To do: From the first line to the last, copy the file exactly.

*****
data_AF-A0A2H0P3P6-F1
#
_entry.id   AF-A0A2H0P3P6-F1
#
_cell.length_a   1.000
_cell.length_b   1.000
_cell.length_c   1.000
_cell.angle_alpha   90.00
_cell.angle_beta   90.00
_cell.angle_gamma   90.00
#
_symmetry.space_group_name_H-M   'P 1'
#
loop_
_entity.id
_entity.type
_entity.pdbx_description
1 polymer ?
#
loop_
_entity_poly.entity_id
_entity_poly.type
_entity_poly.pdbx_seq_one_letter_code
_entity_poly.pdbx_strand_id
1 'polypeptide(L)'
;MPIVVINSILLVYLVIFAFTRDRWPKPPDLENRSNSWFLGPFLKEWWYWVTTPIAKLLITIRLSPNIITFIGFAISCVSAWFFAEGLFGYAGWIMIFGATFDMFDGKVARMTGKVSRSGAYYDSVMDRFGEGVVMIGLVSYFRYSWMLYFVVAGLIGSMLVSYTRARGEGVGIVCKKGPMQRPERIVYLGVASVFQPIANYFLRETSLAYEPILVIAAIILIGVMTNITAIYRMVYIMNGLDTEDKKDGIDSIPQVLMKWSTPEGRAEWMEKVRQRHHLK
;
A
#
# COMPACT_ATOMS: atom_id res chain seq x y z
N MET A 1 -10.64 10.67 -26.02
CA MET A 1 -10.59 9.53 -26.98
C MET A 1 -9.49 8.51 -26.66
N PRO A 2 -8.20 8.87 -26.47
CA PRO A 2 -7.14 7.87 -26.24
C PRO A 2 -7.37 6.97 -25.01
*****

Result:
data_AF-A0A2H0P3P6-F1
#
_entry.id   AF-A0A2H0P3P6-F1
#
_cell.length_a   1.000
_cell.length_b   1.000
_cell.length_c   1.000
_cell.angle_alpha   90.00
_cell.angle_beta   90.00
_cell.angle_gamma   90.00
#
_symmetry.space_group_name_H-M   'P 1'
#
loop_
_entity.id
_entity.type
_entity.pdbx_description
1 polymer ?
#
loop_
_entity_poly.entity_id
_entity_poly.type
_entity_poly.pdbx_seq_one_letter_code
_entity_poly.pdbx_strand_id
1 'polypeptide(L)'
;MPIVVINSILLVYLVIFAFTRDRWPKPPDLENRSNSWFLGPFLKEWWYWVTTPIAKLLITIRLSPNIITFIGFAISCVSAWFFAEGLFGYAGWIMIFGATFDMFDGKVARMTGKVSRSGAYYDSVMDRFGEGVVMIGLVSYFRYSWMLYFVVAGLIGSMLVSYTRARGEGVGIVCKKGPMQRPERIVYLGVASVFQPIANYFLRETSLAYEPILVIAAIILIGVMTNITAIYRMVYIMNGLDTEDKKDGIDSIPQVLMKWSTPEGRAEWMEKVRQRHHLK
;
A
#
# COMPACT_ATOMS: atom_id res chain seq x y z
N MET A 1 -10.64 10.67 -26.02
CA MET A 1 -10.59 9.53 -26.98
C MET A 1 -9.49 8.51 -26.66
N PRO A 2 -8.20 8.87 -26.47
CA PRO A 2 -7.14 7.87 -26.24
C PRO A 2 -7.37 6.97 -25.01